The increasing number of recovered ejection fraction patients using LVAD led to emerging alternatives to inactivate the LVAD. A few techniques for accessing the device and performing its disable were described with favorable outcomes, including catheter-based device deactivation,3–7 without the hazards of a new operation. Chrysant et al.3 was the first to describe a catheter-based device deactivation using a Maxi LD balloon to achieve complete occlusion of the outflow cannula as bridge to new surgery to LVAD replacement. Zeigler et al.4 were the first to describe a catheter-based procedure using 22 mm Amplatzer Vascular Plug II (St. Jude Medical) on the outflow cannula as a definitive procedure, without requiring a new sternotomy. Grinstein et al.5 described percutaneous decommissioning of Heartware using a 14 mm Amplatzer septal occluder deployed in the outflow graft in a patient with pump thrombosis who was not a candidate for device exchange. Pettit et al.6 described percutaneous withdrawal of HeartWare LVAD support, in which vascular Amplatzer plugs were deployed at both ends of the outflow graft.

In this case, the repositionable LAmbre device was selected to occlude the outflow cannula of a Heart Mate II LVAD based on the interventional cardiologist experience with other structural heart disease treatments. Procedural success was demonstrated by final angiography and the complete absence of blood flow inside the cannula was confirmed 10 months later, with a new cardiac CT scan.

After 10 months of LVAD deactivation, the patient remained without heart failure symptoms and preserved LVEF of 54%. However, he developed an episode of sustained VT. One possible explanation is the mechanical presence of the inflow cannula in the apex of the left ventricle, which could be a possible arrhythmogenic stimulus. The Remission from Stage D Heart Failure study reported a similar case, in which one of the patients who had the inflow cannula left presented VT. In that case, the researchers decided for a new operation to remove the device completely, and the patient did not present new VTs.2 Differently, we decided to implant an ICD, since the patient remained obese and high surgical risk persisted to perform the device removal. Despite having proven to be a safe procedure, we still do not know the possible long-term consequences of percutaneous LVAD deactivation, and further studies are needed to better understand this type of intervention.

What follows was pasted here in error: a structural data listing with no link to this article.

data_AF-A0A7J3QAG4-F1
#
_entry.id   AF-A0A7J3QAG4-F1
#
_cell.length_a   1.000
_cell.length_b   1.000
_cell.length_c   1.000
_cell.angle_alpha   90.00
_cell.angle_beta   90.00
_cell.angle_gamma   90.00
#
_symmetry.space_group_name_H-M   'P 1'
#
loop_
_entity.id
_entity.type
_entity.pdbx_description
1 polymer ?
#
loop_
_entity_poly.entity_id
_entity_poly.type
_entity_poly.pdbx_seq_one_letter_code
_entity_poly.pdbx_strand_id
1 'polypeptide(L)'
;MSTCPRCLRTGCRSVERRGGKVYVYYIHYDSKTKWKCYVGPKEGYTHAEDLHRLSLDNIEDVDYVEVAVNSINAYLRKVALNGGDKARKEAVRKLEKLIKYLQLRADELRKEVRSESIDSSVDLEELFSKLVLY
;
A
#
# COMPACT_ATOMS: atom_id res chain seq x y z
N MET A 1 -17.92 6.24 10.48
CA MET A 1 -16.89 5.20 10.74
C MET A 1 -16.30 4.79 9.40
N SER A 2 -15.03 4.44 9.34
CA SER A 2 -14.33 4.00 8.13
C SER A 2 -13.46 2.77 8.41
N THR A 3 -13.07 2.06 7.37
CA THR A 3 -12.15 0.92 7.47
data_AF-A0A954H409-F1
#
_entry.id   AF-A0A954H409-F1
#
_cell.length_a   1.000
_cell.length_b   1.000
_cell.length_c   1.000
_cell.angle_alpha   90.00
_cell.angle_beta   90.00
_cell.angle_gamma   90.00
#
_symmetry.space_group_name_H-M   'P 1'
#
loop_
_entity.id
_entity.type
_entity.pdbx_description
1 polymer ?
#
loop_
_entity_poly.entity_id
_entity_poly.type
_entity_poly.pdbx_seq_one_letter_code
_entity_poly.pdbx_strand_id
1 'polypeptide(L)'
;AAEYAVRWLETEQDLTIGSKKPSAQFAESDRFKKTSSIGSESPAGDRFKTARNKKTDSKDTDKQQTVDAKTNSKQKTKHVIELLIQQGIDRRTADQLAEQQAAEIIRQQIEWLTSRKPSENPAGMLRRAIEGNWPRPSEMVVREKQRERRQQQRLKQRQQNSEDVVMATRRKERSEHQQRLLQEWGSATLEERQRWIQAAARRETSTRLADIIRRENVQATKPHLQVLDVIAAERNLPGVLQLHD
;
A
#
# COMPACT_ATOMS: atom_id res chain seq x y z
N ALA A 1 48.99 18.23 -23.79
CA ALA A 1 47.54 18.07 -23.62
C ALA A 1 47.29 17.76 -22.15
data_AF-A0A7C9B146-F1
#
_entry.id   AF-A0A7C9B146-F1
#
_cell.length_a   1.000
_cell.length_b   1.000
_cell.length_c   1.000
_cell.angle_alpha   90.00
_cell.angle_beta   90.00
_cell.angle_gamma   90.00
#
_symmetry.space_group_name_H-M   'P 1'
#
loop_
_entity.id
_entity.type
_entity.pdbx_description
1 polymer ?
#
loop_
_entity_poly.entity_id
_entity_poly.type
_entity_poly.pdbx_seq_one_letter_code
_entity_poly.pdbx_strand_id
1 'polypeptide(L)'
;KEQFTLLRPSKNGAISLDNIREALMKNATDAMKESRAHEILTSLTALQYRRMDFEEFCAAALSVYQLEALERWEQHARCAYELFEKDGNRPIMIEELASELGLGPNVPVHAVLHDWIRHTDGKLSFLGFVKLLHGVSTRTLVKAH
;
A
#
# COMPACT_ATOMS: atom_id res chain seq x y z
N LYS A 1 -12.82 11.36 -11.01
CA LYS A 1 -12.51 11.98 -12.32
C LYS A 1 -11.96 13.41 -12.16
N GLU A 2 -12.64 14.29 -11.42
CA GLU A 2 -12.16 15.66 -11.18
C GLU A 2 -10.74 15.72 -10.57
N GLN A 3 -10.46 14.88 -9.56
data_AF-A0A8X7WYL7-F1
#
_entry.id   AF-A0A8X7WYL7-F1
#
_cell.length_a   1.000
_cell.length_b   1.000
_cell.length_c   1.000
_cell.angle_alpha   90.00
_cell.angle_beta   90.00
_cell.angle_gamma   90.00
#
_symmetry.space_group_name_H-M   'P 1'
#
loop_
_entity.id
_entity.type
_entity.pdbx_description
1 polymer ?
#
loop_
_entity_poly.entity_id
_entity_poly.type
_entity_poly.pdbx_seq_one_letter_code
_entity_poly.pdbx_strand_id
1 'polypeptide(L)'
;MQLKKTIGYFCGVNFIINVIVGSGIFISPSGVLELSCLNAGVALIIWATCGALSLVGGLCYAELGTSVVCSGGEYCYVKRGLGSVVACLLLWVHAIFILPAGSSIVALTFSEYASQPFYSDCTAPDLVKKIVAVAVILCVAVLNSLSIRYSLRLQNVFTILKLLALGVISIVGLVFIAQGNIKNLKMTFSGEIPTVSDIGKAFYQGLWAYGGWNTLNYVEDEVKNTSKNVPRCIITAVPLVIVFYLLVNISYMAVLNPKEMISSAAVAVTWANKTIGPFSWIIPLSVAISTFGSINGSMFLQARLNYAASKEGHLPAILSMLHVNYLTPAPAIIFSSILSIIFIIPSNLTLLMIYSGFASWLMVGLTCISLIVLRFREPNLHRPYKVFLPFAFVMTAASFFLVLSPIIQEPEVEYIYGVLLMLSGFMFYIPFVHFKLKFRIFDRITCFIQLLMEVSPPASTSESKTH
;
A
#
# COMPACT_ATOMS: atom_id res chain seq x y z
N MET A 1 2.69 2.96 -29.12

To the best of our knowledge, this is the first report of LVAD deactivation using the fully recapturable LAmbre LAAO device. We propose that using a LAAO to obstruct HM II outflow cannula is feasible, safe, and a good option for patients with heart failure recovery after LVAD who do not want to go through a new sternotomy or who have a high surgical risk.


1. Stevenson LW, Miller LW, Desvigne-Nickens P, et al.; REMATCH Investigators: Left ventricular assist device as destination for patients undergoing intravenous inotropic therapy: A subset analysis from REMATCH (Randomized Evaluation of Mechanical Assistance in Treatment of Chronic Heart Failure). Circulation 110: 975–981, 2004.
2. Birks EJ, Drakos SG, Patel SR, et al.: Prospective Multicenter Study of myocardial recovery using left ventricular assist devices (RESTAGE-HF [Remission from Stage D Heart Failure]): Medium-term and primary end point results. Circulation 142: 2016–2028, 2020.
3. Chrysant GS, Horstmanshof DA, Snyder T, et al.: Successful percutaneous management of acute left ventricular assist device stoppage. ASAIO J 56: 483–485, 2010.
4. Zeigler SM, Sheikh AY, Lee PH, et al.: A novel, catheter-based approach to left ventricular assist device deactivation after myocardial recovery. Ann Thorac Surg 98: 710–713, 2014.
5. Grinstein J, Estrada J, Sayer G, et al.: Left ventricular assist device deactivation via percutaneous closure of the outflow graft. J Card Fail 22: 653–655, 2016.
6. Pettit SJ, Shapiro LM, Lewis C, Parameshwar JK, Tsui SS: Percutaneous withdrawal of HeartWare HVAD left ventricular assist device support. J Heart Lung Transplant 34: 990–992, 2015.
7. Pendyal A, Chien CV, Mudd JO, Gelow JM: Minimally invasive LVAD deactivation in a 65-year-old man with recurrent pump thrombosis and left ventricular recovery. Tex Heart Inst J 44: 70–72, 2017.

heart failure; artificial heart; left ventricular assist device

Copyright © ASAIO 2022